The past two years have been an especially tumultuous time for race relations in America. This is particularly true for the relationship between police and the black community, but is also evident in other areas such as TV, education, and fashion. Faced with the widespread, blatant mistreatment and killings of people of color (often without any repercussions for the aggressor), many people around the world have been moved to take a stand. Some write, some organize protests, and some take a knee.
Shayla, of Random And Chic, chose fashion.
At an event where your outfit speaks louder than words, the stylist and self-described activist made sure her clothes were heard loud and clear at New York Fashion Week, currently in progress. She, her sister, and two of her friends became the symbol of being fly, woke, and fearless when they donned outfits with various messages addressing injustices in the black community in America. There was a jacket paying homage to victims of police brutality and racism, such as Sandra Bland and Trayvon Martin; handbags with the phrase “As if y’all care about brown issues;” and even a sequined blazer that took a page out of Kanye’s book to call out Vogue Magazine: “Vogue doesn’t care about black issues.” Other accessories gave a shoutout to one of the few designers who have openly addressed the lack of black representation in fashion and made moves to address it: “Zac Posen <3’s Black Lives.”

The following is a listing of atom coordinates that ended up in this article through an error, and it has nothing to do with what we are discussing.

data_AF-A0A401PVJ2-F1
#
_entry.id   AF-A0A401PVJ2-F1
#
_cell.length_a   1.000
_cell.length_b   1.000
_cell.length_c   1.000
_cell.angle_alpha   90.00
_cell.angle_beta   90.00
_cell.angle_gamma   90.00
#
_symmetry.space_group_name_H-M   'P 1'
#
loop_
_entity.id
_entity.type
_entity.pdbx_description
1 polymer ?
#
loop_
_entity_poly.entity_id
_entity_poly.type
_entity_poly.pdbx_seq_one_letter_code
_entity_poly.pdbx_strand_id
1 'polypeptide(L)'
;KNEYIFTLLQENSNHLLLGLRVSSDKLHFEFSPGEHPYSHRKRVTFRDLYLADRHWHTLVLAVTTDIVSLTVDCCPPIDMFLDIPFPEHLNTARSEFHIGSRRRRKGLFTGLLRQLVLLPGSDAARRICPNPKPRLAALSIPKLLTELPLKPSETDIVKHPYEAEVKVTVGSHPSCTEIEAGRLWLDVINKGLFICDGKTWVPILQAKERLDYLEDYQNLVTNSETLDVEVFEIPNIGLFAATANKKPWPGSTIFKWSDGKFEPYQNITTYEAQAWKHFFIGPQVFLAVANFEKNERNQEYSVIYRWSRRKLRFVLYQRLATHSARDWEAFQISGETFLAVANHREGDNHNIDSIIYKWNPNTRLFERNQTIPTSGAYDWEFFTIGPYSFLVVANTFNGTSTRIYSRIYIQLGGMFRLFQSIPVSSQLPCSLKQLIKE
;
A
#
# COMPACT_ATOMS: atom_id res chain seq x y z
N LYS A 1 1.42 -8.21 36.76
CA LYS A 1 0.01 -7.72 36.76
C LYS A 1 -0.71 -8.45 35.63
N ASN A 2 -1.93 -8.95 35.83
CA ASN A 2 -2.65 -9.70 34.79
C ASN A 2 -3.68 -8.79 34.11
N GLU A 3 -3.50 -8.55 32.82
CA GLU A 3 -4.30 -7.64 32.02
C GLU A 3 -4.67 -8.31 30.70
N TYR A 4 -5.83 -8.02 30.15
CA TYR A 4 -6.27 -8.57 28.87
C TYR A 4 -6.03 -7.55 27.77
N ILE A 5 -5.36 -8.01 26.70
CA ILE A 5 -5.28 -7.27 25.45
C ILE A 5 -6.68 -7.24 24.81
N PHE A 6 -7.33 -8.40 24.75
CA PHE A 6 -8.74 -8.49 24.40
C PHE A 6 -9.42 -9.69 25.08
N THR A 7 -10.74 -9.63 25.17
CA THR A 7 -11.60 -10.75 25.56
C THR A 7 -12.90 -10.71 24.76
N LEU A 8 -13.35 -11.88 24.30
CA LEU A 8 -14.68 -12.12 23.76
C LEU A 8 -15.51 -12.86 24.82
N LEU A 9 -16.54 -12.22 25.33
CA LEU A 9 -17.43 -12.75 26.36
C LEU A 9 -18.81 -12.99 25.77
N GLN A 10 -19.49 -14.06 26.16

I was so blown away, impressed, and inspired by their fearless passion to stand for what they believe in, so I reached out to Shayla to ask her some questions about what inspired her to #SlayForAchange.
What inspired you and your friends to use fashion to address social issues affecting the black community?
S: The idea first came about after the death of Sandra Bland last year. I have always felt like fashion is my voice, and that my way of expressing the emotions I felt and the outrage could be through my clothes. I also felt like there is strength in numbers so I called up my sister and two friends to get involved as well.
It was pretty bold (and awesome) to call out the fashion industry’s disregard for many black issues, while at fashion’s biggest event of the year, Fashion Week. What is your opinion about the fashion industry?
S: I always say, I love the fashion artistry but not the industry. My biggest issue is the silence I feel from the industry when it comes to black issues.
How have the deaths of black people at the hands of police officers affected you as a blogger and activist?
S: The deaths of black people at the hands of cops have affected me tremendously. I’m still grieving them. But as a creative individual, the pain and frustration allowed me to create something so beautiful. I am working on a documentary called Fashion Weak, and it follows our journey during fashion week. It also addresses a lot of the issues of race as it pertains to fashion. I want to keep moving this message along!
What advice do you have for other people who want to make statement about the injustices in the black community, but aren’t sure how?
S: My advice is to do it! You can’t wait for a “movement.” You have to become a movement. And even if it just touches one person, then your job is done.
*All photos credited to Shayla’s Instagram account.